The seven short stories (although perhaps short-shorts is more appropriate – the book comes in at under 100 pages) are all set on one road in Nairobi’s Parklands.

The protagonists of Musita’s stories all find themselves having to navigate different elements of adulting.

3. Rebirth of the biography

After nearly 30 years of obscurity, the Kenyan biography appeared to enjoy a rebirth this year, with the publication of For The Record: The Inside Story of Power, Politics, Lawmaking & Leadership in Kenya, ghostwritten for Kenya’s defence minister, Aden Duale.

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Aden Duale

A foreword is authored by the Kenyan president, William Ruto, and it prologues the crux of the story: a peep into the machinations that define Kenyan politics, with a particularly penetrating gaze into the fallout between former Kenyan president Uhuru Kenyatta and his successor.

Unsurprisingly, the book found immediate traction with readers soon after its release in the middle of 2023, following its serialisation in the local press, precipitating five reprints in six months.

Still, the Kenyan biography represents a literary oddity: it’s often staid and formulaic, parroting a predictable trajectory to explain successes, never failures, of politicians and technocrats, as they look back on their lives.

In Duale’s For The Record, we come close to approximating the truth of his political motivations and his quest for power, even though we cannot infer what he intends to do with the power, now that he’s among the most powerful men in the land.

The sprightly diction deployed in the narrative could help buffer readers from the obvious flaws in a story that’s peppered as a rags-to-riches fable, even though his trading parents were people of reasonable means, within their context.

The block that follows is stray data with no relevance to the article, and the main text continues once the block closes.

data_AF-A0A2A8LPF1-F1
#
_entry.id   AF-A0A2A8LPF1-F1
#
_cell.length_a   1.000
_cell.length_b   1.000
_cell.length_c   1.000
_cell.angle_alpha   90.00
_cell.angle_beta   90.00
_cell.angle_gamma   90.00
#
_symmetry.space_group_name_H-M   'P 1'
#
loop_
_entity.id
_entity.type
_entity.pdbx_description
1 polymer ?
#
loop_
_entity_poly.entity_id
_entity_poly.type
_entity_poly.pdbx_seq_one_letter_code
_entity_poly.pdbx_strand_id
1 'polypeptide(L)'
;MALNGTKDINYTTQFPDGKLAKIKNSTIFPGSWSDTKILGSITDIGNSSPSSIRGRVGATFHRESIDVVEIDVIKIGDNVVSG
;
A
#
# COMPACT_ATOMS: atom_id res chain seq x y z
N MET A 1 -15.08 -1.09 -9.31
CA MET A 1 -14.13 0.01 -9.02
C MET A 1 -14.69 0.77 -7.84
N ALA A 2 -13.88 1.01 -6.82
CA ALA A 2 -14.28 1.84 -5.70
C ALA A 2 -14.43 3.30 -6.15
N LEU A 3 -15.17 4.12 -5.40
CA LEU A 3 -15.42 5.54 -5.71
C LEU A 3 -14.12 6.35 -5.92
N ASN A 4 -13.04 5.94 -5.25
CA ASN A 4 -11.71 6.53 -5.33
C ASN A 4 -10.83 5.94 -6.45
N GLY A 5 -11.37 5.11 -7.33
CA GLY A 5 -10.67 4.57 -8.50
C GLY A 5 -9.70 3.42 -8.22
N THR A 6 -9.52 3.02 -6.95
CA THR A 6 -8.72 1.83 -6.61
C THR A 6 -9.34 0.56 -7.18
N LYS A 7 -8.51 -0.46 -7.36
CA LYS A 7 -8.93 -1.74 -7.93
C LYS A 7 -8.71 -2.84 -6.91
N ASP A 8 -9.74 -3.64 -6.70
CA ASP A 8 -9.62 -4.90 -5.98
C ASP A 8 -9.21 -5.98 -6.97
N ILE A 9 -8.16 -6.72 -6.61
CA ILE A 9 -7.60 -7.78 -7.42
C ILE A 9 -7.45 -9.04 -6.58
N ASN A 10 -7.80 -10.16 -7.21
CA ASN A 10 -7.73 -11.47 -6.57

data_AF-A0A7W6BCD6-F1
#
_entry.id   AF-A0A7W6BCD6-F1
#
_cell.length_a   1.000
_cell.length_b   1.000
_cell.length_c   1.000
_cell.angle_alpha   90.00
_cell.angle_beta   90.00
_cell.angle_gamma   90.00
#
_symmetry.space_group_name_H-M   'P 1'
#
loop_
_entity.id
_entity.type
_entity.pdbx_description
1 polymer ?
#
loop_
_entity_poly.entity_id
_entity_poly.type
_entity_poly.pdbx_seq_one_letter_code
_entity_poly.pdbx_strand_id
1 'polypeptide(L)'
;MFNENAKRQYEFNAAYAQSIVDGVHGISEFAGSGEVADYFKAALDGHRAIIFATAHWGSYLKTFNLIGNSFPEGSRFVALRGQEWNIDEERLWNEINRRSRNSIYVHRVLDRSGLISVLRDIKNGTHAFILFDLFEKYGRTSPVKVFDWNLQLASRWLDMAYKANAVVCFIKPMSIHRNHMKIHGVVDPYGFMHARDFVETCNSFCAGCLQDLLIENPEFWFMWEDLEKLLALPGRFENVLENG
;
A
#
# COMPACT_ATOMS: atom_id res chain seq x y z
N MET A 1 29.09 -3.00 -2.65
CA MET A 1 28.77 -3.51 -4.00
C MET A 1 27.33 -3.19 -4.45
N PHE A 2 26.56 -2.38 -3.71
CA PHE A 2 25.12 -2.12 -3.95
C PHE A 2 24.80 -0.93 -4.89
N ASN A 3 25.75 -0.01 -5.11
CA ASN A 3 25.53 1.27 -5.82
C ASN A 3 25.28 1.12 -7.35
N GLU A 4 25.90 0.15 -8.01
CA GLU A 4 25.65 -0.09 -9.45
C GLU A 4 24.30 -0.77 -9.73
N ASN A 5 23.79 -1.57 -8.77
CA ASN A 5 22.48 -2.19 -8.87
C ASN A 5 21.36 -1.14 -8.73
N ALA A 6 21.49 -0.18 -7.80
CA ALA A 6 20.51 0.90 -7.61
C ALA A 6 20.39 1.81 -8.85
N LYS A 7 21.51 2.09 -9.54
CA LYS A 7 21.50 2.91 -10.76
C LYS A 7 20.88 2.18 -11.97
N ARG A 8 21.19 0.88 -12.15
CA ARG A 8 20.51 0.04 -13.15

4. Uganda’s action-packed memoir

If the new memoir by the Buganda queen is anything to go by, Uganda took literary candour a notch higher in 2023. In The Nnnabagereka, Queen Sylvia Nagginda Luswata, the journalist-turned-monarch, recalls her eventful journey from New York, where she lived through most of her childhood, to her unconventional dating of Prince Ronald Muwenda Mutebi II of Uganda. The tale includes a proposal via email.

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Mahiri Books

“Dear Sylvia, I think I am ready if you are,” Mutebi is reported to have written to his future wife. Another elliptical line in the memoir records another milestone, thus: “On December 6, 2010, I was blessed with two more girls Jade Nakato and Jasmine Babirye born in Kampala… They’re two amazing kids.”

The phraseology does not indicate if they belong to the Kabaka (or king). A statement from the Buganda king’s office clarified the twins did not receive the special drum sounded to herald the Kabaka’s biological children, which fanned online speculation about their paternity. The royal family is blended as the Kabaka has three other children from three different women.The Conversation

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Peter Kimani, Professor of Practice, Aga Khan University Graduate School of Media and Communications (GSMC)

This article is republished from The Conversation under a Creative Commons license.